File Photo | Camille Phillips | St. Louis Public Radio

The number of drug-related deaths increased by 16% last year, as fatal overdoses declined by an estimated 5.1% nationwide, according to the Centers for Disease Control and Prevention.

Missouri is one of 17 states that saw a rise in drug-related deaths last year. In 34 states, the number of deaths declined. Only Delaware had a higher increase over the previous year, at 16.7%.

Keith Carter, 53, waits to pick up a prescription for diabetes at Affinia Healthcare in St. Louis. Though he falls in the income gap, he's able to get his preventive care covered through Gateway to Better Health.
Durrie Bouscaren | St. Louis Public Radio

Missouri likely would not have to spend any additional money to expand Medicaid to insure more low-income people, according to a report from the Washington University Center on Health Economics and Policy.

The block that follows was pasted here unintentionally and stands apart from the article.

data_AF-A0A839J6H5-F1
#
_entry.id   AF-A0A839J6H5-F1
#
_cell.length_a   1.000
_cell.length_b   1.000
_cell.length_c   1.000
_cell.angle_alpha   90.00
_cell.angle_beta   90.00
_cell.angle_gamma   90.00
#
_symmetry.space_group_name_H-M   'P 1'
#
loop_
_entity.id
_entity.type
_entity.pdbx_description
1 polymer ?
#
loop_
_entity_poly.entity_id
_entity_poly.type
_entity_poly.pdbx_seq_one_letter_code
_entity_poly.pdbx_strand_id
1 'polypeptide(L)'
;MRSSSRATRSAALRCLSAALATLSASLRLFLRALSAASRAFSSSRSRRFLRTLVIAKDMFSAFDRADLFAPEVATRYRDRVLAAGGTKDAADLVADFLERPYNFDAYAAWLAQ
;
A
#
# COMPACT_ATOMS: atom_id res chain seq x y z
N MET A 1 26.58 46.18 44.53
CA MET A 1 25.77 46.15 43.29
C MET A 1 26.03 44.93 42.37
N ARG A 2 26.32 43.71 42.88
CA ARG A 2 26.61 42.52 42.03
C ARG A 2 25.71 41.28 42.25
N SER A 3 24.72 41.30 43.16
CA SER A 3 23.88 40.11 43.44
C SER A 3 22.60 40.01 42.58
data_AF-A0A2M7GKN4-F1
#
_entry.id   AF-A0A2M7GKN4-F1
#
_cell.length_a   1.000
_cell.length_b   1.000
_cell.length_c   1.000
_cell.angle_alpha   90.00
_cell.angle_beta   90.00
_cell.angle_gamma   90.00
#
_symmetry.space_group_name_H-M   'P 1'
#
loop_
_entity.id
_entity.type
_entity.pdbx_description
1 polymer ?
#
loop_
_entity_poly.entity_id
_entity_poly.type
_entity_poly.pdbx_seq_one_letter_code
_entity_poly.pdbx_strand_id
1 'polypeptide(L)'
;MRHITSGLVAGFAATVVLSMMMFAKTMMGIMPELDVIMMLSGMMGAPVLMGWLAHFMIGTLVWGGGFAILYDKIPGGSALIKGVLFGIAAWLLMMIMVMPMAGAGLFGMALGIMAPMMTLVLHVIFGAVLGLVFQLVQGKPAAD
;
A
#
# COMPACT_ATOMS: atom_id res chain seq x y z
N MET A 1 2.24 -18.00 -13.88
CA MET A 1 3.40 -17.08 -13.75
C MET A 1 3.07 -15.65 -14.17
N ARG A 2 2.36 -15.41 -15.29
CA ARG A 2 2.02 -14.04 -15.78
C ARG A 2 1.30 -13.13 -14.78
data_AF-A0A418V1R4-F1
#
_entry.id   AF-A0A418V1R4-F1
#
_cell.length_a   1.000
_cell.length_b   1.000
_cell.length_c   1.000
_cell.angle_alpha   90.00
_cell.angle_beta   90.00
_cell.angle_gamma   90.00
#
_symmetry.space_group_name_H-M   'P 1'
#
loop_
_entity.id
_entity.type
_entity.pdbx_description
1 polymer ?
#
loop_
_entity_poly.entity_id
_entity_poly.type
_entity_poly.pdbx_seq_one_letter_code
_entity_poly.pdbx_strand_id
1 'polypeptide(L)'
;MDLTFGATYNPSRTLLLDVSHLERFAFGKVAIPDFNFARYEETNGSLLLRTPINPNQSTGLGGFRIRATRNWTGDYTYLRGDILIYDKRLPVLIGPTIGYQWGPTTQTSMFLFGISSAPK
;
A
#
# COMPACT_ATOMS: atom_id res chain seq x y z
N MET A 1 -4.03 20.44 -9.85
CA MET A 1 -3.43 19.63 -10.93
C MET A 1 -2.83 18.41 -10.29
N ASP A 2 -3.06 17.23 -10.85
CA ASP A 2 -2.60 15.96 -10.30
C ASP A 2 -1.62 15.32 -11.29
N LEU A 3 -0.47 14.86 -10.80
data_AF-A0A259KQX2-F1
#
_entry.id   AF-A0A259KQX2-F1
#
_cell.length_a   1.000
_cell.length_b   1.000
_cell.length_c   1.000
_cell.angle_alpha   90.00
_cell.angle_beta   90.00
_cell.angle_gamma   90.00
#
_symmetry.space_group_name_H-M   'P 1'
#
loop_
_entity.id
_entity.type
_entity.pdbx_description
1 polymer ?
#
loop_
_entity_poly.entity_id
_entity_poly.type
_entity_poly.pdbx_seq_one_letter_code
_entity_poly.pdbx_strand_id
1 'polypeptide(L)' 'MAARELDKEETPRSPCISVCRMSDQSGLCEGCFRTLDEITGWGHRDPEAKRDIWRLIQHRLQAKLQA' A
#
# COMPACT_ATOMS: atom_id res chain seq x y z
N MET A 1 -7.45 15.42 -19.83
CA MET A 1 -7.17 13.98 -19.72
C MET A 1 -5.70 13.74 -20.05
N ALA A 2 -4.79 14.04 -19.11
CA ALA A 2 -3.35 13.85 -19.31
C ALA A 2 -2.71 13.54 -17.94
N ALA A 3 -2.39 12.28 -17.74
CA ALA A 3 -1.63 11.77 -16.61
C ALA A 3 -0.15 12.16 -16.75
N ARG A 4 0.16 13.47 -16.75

The state spends nearly $4 billion to provide Medicaid to people with disabilities, pregnant women, children and some seniors.

Researchers say adding people who make up to 138 percent of the federal poverty rate – close to $17,000 annually – likely wouldn’t cost Missouri extra funds, because the state would receive increased federal funding under a Medicaid expansion.

Health care advocates in Kansas and Missouri are hopeful that 2019 will be the year that hundreds of thousands of people can get health care coverage through expansion of Medicaid.

It’s been blocked in both states by Republicans who question the price tag, but now that many states have had expanded Medicaid for several years, there’s a small but growing body of evidence about its actual costs.